How about a cup of Greek coffee

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The Greek coffee is almost a custom strongly connected with the daily life of the Greeks. A small cup of Greek coffee is usually accompanied by fresh water, and many be served on many occasions. It is also almost a way of communication.

If one is welcomed in Greek house, the housewife will be delighted to serve him a cup of coffee accompanied by dome spoon sweets (like bitter orange, kumquat, cherry or raisin) or home made biscuits or scones (koulourakia).

In a typical coffee shop in Greece (kafenion) men used to socialize and discuss all their daily joys or burdens over a bitter or heavily sweet cup of coffee.

  

 

Woman would stop their housework in the early afternoon to welcome relatives or neighbors and they would chat over a delicious cup of coffee. This was most relaxing time of the day and of course the most pleasant one.

The custom of sharing a cup of coffee was always present even during moments of mourning and sorrow, where condolences were given to a  family over a bitter cup of Greek coffee accompanied by a small glass of brandy.

Coffee was also served after a meal and could  be accompanied by a piece of baklava or galaktoboureko (typical heavy syrup sweets that go perfectly with a strong cup of Greek coffee).

A cup of Greek coffee would also serve to wake up its consumer, since a full breakfast in Greece was not a typical custom.

 

 

 

 

Traditionally, the post is made of copper and has a wooden handle. The size  of the post is chosen to be closed to the total volume of the cups to be prepared, since using a pot which is too large results in most of the precious foam sticking to the inside. Also, a certain depth of water is necessary for the coffee particles to sink.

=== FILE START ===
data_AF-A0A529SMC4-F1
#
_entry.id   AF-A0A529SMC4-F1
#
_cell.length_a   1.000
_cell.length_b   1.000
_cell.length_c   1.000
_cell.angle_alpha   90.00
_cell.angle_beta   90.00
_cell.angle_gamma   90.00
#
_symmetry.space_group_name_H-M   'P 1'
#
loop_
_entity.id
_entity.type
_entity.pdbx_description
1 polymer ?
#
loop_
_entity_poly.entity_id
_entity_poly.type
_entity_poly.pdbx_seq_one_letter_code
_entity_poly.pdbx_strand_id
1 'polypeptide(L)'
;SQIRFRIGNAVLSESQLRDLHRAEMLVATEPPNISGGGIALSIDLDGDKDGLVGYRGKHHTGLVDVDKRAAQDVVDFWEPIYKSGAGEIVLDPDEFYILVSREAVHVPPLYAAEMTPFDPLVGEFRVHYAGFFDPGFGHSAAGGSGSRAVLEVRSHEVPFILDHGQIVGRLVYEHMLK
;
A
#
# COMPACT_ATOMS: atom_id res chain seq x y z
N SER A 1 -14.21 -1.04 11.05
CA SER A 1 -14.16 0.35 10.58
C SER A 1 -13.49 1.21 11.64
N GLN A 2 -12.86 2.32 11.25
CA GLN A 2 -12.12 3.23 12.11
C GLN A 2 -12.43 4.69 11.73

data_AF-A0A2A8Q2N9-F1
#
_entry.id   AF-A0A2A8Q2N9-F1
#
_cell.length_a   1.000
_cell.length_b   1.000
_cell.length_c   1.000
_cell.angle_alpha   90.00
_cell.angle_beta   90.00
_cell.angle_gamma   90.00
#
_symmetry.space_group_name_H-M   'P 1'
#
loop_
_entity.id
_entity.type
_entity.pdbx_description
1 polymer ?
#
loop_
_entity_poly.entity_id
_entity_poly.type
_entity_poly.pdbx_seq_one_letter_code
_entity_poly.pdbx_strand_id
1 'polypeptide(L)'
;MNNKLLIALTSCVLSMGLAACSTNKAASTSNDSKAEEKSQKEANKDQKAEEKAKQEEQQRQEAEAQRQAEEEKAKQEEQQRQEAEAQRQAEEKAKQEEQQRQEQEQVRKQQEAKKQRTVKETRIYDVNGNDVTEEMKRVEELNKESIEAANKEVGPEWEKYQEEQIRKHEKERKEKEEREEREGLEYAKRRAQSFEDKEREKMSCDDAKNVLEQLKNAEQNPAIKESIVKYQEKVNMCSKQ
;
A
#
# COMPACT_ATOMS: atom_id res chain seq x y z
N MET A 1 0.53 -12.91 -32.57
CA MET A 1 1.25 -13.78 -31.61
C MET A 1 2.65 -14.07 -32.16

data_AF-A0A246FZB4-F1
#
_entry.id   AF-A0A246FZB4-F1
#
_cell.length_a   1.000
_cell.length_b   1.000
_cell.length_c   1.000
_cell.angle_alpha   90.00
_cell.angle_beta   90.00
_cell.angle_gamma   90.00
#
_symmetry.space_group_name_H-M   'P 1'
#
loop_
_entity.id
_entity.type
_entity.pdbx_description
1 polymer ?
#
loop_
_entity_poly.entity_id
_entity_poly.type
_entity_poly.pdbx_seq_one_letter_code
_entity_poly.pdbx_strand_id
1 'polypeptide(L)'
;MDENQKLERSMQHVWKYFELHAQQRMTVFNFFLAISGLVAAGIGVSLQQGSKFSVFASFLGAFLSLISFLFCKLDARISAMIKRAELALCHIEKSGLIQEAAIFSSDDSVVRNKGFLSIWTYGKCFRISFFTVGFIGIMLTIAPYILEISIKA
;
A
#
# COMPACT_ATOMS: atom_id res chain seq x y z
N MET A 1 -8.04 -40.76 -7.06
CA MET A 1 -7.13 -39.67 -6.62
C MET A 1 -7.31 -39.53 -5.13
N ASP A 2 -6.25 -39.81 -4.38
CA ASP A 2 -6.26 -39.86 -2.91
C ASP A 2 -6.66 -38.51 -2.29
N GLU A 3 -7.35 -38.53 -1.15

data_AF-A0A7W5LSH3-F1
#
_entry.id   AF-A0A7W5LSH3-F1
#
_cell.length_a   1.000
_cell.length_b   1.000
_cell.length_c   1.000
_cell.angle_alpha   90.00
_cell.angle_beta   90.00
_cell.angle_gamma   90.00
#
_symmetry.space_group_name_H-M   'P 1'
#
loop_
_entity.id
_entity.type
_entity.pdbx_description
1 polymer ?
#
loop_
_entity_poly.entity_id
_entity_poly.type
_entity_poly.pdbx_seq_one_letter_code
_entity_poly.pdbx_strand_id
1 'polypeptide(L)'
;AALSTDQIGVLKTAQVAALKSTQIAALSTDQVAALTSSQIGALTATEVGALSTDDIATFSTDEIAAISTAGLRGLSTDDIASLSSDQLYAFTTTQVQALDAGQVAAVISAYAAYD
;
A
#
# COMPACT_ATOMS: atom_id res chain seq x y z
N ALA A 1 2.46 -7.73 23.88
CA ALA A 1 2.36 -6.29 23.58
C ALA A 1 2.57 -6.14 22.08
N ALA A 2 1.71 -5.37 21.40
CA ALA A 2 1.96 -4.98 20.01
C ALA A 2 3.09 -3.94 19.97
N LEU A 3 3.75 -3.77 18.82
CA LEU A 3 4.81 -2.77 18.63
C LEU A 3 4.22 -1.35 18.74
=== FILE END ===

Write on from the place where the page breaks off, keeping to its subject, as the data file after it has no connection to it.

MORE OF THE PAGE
The teaspoon is used both for stirring, an ordinary stove burner is sufficient, but too strong a heart source is undesirable, as the brewing time needs to be at least 2 minutes.

 

Equipment

The necessary equipment to prepare Greek coffee consists of a narrow- topped small boiling pot called a 'briki' , teaspoon and a stove.

The ingredients are finely ground coffee, cold water and (if desired)

Sugar.

It is served in small cups  similar in size to Italian espresso.

Some Morden cups do have  handles. Traditional cups did not, and coffee was drunk either by handing the cup  with the tip of the fingers or , more often, by placing the cup in a metal container with a handle.

 

Preparation

The best Greek coffee is made from  freshly roasted beans ground just brewing. A dark roast is preferable but even a medium roast coffee will (the more usual method today) , and the end result is a fine coffee powder. The water used needs to be cold. Due to this, if sugar is desired, an easily dissolvable from should be chosen.

The amount of water necessary can be measured using the cups. The coffee and the sugar are usually added to water, rather than being put into the pot first. For each cup, between one and two heaped teaspoon of coffee are used. The coffee sinks and the  sugar is dissolved. Following this, the spoon is removed this point, as it would dissolved the foam. Just as the coffee begins boiling, the pot is removed from the heart and the coffee is poured into the cups.

A well-prepared Greek coffee has a thick foam at the top and does not contain noticeable particles in the foam or the  liquid.

 

 

 

 

This can be achieved only if cold water and a low heat are used. All the coffee in the pot  is poured into cups, but not all of it is drunk.

The Greek coffee is drunk slowly and sometimes it is served after dinner with menthe liqueur.

The thick layer of sludgy grounds  at the bottom of the cup is left behind.

Greek coffee is appreciated twice when there is a big company of friends that has gathered together. Its rich  aroma and its very particular taste creates a unique and euphoric feeling. When you are in Greece you may discover its tasty secrets or Join a Greek friend on the widespread custom that has devoted fans.

 

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